Once Forgotten, The U.S. Virgin Islands Offer American Paradise Close to Home

Looking at a map, the trio of small islands to the South East of Puerto Rico look like a trail of island breadcrumbs leading downward toward Venezuela and cozying up to the British Isles. The U.S. Virgin Islands were once sleepy islands passed over by Columbus on his voyages of “discovery. ” They later became chess pieces——sold to the U.S. in a rushed deal from Denmark to keep the rolling hills and white sand coasts out of the hands of Nazi Germany during WW1. The Danish West Indies became a U.S. territory in March 1917. This year celebrates their centennial birthday.

One hundred years later, the islands of St. Thomas, St. John and St. Croix are bursting with a unique history, culture, food and activities—-with caribbean, Danish and mainland American influences. I flew to St. Thomas during spring break along with members of my immediate family to attend the wedding of a family friend. It was the perfect excuse to get reacquainted with the island after a 20-year-hiatus. In my absence, I noticed a great deal had changed on the island, including an influx of Americans living and working there.

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View of Havensight in Downtown Charlotte Amalie.

I spent many spring breaks on the island as a child. Therefore, the week I spent in St. Thomas was a bit like coming home for me. Back then, my parents had a timeshare in Bolongo Bay Beach Resort in Bolongo Bay. This time around we chose higher ground renting out a villa in Blackbeard’s Hill, west of the capital, Charlotte Amalie. McLaughin Anderson Luxury Villas offers a sweeping view from the center of the island and is located close to Magen’s Bay and Mahogany Run Golf Course. The four-bedroom property we chose includes rooms with en suite, a private pool and full kitchen with washer and dryer.

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Entrance to the villa with a view of an uninhabited island.

The flight to the island was a quick three-and-a-half hour ride from Washington, DC. The airport is located in St. Thomas, but services all three of the U.S. Virgin Islands as well as the British Virgin Islands. American citizens do not require a passport to board a flight but are required to go through customs when exiting the island.

We began our trip by shaking off the winter storm we left and settling into our temporary home. After a quick trip to the neighborhood supermarket for some local fare, we relaxed poolside on our deck soaking up the sun. The next two days were filled with pre-wedding events at the Marriott at Frenchman’s Reef. When we had a day to ourselves we decided to get reacquainted with the streets of downtown Charlotte Amalie, also the capital of the Virgin islands, exploring the alleyways past luxury jewelry stores, high end clothing shops and restaurants. We were lucky to be able to explore on a day when there were no cruise ships docked, so streets weren’t crowded with tourists. The area is very walkable and includes an open air market perfect for practicing your bartering skills.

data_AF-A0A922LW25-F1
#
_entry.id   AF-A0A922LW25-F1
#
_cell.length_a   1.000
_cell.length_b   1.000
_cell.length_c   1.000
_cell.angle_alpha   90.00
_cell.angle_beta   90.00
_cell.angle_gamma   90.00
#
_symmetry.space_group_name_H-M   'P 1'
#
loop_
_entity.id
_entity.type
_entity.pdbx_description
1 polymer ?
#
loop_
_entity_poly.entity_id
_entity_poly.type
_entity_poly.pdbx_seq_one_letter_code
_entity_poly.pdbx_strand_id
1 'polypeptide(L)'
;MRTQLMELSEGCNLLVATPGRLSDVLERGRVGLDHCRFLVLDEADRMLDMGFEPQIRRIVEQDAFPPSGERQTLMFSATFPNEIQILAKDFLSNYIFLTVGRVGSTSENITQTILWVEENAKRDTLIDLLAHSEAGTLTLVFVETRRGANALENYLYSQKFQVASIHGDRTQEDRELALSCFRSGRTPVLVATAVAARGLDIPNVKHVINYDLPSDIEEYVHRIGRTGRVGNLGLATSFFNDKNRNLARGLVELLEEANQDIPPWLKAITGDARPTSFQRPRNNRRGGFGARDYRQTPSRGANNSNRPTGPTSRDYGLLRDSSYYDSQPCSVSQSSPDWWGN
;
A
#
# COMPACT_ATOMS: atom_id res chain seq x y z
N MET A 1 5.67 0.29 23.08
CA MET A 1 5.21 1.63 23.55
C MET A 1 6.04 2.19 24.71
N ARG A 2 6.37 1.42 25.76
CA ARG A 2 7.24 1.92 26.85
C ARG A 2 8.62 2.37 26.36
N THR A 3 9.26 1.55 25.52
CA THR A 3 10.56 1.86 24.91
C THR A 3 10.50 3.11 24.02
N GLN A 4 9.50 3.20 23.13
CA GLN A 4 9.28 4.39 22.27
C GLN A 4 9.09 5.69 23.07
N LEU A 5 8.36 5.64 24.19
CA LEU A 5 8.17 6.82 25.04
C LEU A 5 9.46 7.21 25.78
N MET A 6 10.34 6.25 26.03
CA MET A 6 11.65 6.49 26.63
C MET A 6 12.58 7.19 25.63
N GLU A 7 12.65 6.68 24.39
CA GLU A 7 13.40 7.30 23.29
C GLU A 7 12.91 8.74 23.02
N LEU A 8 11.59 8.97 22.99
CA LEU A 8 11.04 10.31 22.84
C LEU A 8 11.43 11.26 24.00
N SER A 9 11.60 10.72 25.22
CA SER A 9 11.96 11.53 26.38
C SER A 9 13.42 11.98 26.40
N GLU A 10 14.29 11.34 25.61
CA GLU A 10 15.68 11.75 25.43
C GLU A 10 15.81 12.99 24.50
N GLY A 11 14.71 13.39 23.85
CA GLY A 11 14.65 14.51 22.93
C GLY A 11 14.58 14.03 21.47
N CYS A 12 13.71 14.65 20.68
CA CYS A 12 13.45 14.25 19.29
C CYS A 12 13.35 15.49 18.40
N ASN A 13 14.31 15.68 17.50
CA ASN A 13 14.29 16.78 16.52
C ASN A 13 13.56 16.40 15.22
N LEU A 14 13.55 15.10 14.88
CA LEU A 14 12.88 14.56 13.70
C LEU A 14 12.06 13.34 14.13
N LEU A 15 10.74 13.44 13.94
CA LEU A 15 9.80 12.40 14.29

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Magen’s Bay

Our first trip to the beach was at Magen’s Bay, one of the most popular beaches on the island. Its white sand, calming water and relaxed atmosphere and bar brings people from all over the island for swimming and snorkeling. The entrance fee is affordable at five dollars for non residents and includes parking. Other public beaches on the island are free and many are included in the resort fee.

On land the island offers a number of unique activities including tours of blackbeard’s castle, a world-class golf course, skydiving and zip lining.

Getting around on the  island is easy without a car. Taxi vans are located everywhere and will take you most places for less than $12 a person. If you decide to rent a car, be aware of the streets winding through hills. People are required to drive on the left side of the road and steering wheels are on the left, which can cause a bit of confusion to visitors.

Traveling to one of the other two islands is a breeze. If you want to visit St. John, it’s a quick ferry ride from either Red Hook Bay or downtown Charlotte Amalie for six or twelve dollars, respectively. The ferry also goes to Tortola, British Virgin Islands. Traveling to St. Croix involves a slightly longer trip on a seaplane.

There is no shortage of things to do and discover on the islands. Visiting the U.S. Virgin Islands  is a great option for those especially coming from the East Coast, where its a short flight. The beaches, historic places and sports options are amazing and plentiful. And you never have to leave the country.

For more information on the events and festivities celebrating Transfer Day, check out the site. Click on this link for the best places to visit and things to do in the USVI.

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